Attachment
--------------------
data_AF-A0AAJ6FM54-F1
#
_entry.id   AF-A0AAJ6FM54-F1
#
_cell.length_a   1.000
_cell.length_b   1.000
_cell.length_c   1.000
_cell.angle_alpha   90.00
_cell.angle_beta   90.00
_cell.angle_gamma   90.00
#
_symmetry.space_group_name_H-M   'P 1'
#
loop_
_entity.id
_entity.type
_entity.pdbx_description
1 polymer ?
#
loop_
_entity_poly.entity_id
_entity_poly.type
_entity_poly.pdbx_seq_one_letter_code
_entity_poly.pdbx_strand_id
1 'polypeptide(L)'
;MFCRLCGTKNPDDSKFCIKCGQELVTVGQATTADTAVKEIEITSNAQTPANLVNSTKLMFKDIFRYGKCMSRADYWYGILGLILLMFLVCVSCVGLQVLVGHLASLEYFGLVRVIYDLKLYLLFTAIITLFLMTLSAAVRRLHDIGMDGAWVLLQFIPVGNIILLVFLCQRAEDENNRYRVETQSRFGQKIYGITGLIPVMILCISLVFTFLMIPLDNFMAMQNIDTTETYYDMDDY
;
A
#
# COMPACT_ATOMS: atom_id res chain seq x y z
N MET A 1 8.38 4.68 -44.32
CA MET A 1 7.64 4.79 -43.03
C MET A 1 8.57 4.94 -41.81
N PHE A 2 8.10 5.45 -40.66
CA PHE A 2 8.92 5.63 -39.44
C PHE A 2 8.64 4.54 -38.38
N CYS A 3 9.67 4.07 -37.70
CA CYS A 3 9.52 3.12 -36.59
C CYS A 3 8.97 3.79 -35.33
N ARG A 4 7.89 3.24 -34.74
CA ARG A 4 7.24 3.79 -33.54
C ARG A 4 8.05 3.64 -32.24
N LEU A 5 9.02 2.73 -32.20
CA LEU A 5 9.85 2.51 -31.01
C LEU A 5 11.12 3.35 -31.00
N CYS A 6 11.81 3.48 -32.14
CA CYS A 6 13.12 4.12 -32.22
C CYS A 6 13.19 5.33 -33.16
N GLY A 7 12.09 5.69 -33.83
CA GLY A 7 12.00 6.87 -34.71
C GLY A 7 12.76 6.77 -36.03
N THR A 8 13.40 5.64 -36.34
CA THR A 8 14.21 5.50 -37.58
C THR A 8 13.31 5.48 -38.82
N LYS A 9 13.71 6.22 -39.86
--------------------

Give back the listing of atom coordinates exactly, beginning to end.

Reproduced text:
data_AF-A0AAJ6FM54-F1
#
_entry.id   AF-A0AAJ6FM54-F1
#
_cell.length_a   1.000
_cell.length_b   1.000
_cell.length_c   1.000
_cell.angle_alpha   90.00
_cell.angle_beta   90.00
_cell.angle_gamma   90.00
#
_symmetry.space_group_name_H-M   'P 1'
#
loop_
_entity.id
_entity.type
_entity.pdbx_description
1 polymer ?
#
loop_
_entity_poly.entity_id
_entity_poly.type
_entity_poly.pdbx_seq_one_letter_code
_entity_poly.pdbx_strand_id
1 'polypeptide(L)'
;MFCRLCGTKNPDDSKFCIKCGQELVTVGQATTADTAVKEIEITSNAQTPANLVNSTKLMFKDIFRYGKCMSRADYWYGILGLILLMFLVCVSCVGLQVLVGHLASLEYFGLVRVIYDLKLYLLFTAIITLFLMTLSAAVRRLHDIGMDGAWVLLQFIPVGNIILLVFLCQRAEDENNRYRVETQSRFGQKIYGITGLIPVMILCISLVFTFLMIPLDNFMAMQNIDTTETYYDMDDY
;
A
#
# COMPACT_ATOMS: atom_id res chain seq x y z
N MET A 1 8.38 4.68 -44.32
CA MET A 1 7.64 4.79 -43.03
C MET A 1 8.57 4.94 -41.81
N PHE A 2 8.10 5.45 -40.66
CA PHE A 2 8.92 5.63 -39.44
C PHE A 2 8.64 4.54 -38.38
N CYS A 3 9.67 4.07 -37.70
CA CYS A 3 9.52 3.12 -36.59
C CYS A 3 8.97 3.79 -35.33
N ARG A 4 7.89 3.24 -34.74
CA ARG A 4 7.24 3.79 -33.54
C ARG A 4 8.05 3.64 -32.24
N LEU A 5 9.02 2.73 -32.20
CA LEU A 5 9.85 2.51 -31.01
C LEU A 5 11.12 3.35 -31.00
N CYS A 6 11.81 3.48 -32.14
CA CYS A 6 13.12 4.12 -32.22
C CYS A 6 13.19 5.33 -33.16
N GLY A 7 12.09 5.69 -33.83
CA GLY A 7 12.00 6.87 -34.71
C GLY A 7 12.76 6.77 -36.03
N THR A 8 13.40 5.64 -36.34
CA THR A 8 14.21 5.50 -37.58
C THR A 8 13.31 5.48 -38.82
N LYS A 9 13.71 6.22 -39.86